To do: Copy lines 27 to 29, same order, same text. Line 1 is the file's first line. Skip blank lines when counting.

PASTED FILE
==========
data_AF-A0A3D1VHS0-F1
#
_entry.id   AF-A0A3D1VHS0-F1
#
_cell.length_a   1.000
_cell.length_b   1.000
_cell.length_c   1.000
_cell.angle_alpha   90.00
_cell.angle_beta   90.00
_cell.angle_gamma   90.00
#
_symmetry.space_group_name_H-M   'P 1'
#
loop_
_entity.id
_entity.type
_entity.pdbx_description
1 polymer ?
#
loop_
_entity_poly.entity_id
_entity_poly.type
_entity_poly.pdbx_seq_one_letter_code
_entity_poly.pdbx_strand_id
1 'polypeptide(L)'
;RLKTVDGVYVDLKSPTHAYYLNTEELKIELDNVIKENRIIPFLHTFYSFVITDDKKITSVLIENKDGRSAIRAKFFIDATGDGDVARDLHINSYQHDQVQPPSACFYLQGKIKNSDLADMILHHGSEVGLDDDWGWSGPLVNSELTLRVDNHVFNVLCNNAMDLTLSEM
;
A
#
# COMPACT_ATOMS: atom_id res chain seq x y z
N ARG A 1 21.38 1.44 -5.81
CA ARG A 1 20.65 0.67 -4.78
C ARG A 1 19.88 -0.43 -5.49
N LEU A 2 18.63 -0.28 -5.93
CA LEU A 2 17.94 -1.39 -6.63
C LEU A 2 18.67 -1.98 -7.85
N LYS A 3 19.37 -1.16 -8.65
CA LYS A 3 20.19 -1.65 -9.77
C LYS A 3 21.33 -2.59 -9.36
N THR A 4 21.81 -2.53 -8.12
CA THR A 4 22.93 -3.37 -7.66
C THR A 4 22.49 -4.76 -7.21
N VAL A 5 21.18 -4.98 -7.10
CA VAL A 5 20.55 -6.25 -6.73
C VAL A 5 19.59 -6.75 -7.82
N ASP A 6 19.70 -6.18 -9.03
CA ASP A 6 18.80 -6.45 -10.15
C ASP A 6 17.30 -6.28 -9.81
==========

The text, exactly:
;
A
#